IN MEMORY OF VACLAV HAVEL

This is not a formal gesture, because we haven’t come out of nowhere. 16 years ago, One World started in Prague, in Havel’s spirit and at his initiative. For five years, our festival was organized under his patronage. After his physical disappearance, in 2011, he stubbornly stays in our minds and souls. Vaclav Havel, you have the word:


"I`m running away. I`m running away more and more. I find various excuses to run from my study, downstairs into the kitchen where I tidy up, listen to the radio, wash the dishes, cook a meal, think something over, or simply sit in my old place by the window and stare out. What I`m running away from is writing. But it`s more than that. I`m running away from the public, from politics, from people. Perhaps I`m even running away from the woman who saved my life. Above all, I`m probably running away from myself.

What am I actually afraid of? Hard to say. What`s interesting is that although I am here alone – and will continue to be here alone because no one that I know of has plans to visit – I keep the house tidy; I have everything in its place, everything has to be aligned with everything else, nothing can be left hanging over the edge of a table, or be crooked. At the same time the refrigerator must always be filled with a variety of food that I can scarcely eat myself, and there must be fresh flowers in the vases. In other words, it`s as though I were constantly expecting someone to visit. But who? The unknown and unannounced guest? A strange and beautiful woman who admires me? My savior, who likes to show up unannounced? Some old friends? Why is it that I don`t want to see anyone, and at the same time I`m always expecting someone, someone who will really appreciate that everything is in its proper place and properly aligned?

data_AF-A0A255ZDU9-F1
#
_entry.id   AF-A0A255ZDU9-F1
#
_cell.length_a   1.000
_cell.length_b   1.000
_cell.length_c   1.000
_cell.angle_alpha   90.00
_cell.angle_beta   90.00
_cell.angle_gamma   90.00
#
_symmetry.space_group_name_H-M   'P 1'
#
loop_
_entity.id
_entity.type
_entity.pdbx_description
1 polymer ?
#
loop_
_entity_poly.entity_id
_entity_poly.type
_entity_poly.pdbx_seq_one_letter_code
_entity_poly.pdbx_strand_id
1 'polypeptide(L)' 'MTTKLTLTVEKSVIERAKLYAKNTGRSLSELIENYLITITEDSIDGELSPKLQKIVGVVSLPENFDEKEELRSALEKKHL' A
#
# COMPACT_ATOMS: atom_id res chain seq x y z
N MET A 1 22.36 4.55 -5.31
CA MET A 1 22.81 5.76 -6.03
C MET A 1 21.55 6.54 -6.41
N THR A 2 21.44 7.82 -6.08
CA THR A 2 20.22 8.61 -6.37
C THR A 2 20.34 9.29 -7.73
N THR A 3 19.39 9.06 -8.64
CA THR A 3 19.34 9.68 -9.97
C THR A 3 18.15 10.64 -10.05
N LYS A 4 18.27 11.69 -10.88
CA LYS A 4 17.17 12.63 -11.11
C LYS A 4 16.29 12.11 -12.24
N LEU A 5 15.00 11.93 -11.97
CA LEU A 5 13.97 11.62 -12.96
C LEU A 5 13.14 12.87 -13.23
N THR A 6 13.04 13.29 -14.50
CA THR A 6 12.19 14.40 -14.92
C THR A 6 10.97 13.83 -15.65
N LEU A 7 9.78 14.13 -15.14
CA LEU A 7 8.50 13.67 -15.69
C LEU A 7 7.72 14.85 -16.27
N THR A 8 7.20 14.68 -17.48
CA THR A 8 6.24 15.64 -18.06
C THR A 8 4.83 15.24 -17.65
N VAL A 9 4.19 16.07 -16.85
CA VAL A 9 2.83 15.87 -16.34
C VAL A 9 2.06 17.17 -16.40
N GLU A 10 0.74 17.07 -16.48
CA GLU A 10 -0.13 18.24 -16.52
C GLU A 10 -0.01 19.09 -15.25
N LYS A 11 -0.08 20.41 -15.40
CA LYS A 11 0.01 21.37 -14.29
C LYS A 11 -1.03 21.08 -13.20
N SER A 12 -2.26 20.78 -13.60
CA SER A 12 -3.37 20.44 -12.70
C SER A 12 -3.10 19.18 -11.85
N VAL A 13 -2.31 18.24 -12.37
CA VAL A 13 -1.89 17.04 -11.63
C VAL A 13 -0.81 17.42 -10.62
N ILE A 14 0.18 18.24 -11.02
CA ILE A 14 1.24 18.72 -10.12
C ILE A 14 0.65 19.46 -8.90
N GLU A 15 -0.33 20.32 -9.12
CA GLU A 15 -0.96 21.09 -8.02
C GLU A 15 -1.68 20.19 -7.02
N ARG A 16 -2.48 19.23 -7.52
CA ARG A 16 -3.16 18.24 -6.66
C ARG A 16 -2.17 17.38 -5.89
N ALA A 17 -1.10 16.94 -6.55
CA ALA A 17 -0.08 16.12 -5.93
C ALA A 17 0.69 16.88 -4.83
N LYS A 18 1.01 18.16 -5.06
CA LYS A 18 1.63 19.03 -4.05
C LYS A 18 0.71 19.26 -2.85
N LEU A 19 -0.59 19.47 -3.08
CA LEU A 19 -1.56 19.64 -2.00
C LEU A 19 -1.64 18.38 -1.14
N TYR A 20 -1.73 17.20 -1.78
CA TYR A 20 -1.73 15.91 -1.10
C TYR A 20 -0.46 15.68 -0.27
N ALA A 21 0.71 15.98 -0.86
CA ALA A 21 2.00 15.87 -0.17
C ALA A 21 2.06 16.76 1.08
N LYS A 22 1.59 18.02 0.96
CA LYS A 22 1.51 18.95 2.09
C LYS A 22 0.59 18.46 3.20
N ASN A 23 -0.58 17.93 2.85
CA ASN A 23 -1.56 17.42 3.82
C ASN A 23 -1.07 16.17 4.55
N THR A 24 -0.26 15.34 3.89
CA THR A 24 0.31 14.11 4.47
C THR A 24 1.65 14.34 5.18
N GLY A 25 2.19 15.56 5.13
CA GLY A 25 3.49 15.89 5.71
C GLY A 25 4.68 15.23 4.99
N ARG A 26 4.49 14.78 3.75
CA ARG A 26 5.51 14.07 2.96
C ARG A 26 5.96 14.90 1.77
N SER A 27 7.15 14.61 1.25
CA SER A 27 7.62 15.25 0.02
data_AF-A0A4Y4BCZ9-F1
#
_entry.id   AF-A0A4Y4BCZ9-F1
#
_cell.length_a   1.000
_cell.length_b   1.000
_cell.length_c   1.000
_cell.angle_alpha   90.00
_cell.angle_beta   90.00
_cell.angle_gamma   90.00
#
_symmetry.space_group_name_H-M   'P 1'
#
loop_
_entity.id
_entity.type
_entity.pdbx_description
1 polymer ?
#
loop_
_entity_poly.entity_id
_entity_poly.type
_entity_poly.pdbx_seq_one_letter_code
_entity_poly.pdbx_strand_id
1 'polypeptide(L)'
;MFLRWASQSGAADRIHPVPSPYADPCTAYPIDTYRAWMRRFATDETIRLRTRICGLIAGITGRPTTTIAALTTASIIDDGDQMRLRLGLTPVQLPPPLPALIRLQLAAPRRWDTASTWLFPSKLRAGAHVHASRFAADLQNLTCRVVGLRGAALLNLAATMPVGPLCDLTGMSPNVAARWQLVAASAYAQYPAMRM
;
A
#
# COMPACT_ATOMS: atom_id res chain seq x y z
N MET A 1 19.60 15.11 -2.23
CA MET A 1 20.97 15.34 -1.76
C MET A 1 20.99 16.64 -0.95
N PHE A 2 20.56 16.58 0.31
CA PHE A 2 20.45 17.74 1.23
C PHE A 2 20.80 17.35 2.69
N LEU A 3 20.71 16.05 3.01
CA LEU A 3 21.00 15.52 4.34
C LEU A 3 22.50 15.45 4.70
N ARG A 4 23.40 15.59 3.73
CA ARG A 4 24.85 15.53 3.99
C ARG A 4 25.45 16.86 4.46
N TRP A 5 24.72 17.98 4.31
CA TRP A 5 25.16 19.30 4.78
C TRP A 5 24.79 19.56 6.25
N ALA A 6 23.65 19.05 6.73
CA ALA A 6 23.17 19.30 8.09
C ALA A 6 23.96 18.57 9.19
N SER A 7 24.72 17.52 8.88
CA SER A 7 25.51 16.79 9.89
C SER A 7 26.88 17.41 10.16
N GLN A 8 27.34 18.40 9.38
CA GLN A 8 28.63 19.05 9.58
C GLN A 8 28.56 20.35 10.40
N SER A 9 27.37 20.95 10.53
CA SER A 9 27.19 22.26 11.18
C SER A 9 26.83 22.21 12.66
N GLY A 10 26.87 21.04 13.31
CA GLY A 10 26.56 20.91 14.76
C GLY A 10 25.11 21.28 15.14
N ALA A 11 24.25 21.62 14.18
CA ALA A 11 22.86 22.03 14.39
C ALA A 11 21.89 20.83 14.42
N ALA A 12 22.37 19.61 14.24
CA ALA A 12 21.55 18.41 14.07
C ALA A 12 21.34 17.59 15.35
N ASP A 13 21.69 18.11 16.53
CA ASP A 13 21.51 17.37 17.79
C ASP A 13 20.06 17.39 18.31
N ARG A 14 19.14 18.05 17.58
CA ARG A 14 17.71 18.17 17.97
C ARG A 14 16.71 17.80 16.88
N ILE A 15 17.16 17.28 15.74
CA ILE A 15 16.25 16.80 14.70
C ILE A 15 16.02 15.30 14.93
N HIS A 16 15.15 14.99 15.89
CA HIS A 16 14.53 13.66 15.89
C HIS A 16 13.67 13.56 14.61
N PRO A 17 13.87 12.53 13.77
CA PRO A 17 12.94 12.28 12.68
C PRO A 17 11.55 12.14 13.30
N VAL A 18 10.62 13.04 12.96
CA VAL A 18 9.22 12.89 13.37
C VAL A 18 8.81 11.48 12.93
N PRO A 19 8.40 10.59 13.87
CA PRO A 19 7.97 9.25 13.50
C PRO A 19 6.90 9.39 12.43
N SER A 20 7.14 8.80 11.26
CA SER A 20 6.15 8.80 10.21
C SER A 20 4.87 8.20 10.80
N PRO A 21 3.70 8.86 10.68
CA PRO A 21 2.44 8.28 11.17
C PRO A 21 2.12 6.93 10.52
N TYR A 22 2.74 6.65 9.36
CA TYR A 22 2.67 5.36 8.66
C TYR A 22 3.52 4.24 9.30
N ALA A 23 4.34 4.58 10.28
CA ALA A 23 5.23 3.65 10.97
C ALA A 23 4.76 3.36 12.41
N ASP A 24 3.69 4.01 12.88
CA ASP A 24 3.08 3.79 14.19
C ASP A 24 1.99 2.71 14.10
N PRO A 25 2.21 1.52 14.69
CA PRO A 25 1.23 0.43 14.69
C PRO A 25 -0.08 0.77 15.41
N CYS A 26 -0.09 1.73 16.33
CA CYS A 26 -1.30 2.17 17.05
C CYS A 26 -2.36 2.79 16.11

I have only one explanation: I am constantly preparing for the last judgment, for the highest court from which nothing can be hidden, which will appreciate everything that should be appreciated, and which will, of course, notice everything that is not in its place. I`m obviously assuming that the supreme judge is a stickler like me. But why does this final evaluation matter so much to me? After all, at that point I shouldn`t care. But I do care because I`m convinced that my existence – like everything that has ever happened – has ruffled the surface of Being, and that after my little ripple, however marginal, insignificant, and ephemeral it may have been, Being is and always will be different from what it was before. All my life I have simply believed that what is once done can never be undone and that, in fact, everything remains forever. In short, Being has a memory. And thus even my insignificance – as a bourgeois child, a laboratory assistant, a soldier, a stagehand, a playwright, a dissident, a prisoner, a president, a pensioner, a public phenomenon, and a hermit, an alleged hero but secretly a bundle of nerves – will remain here forever, or rather not here, but somewhere. But not, however, elsewhere. Somewhere here."

To The Castle and Back, Vaclav Havel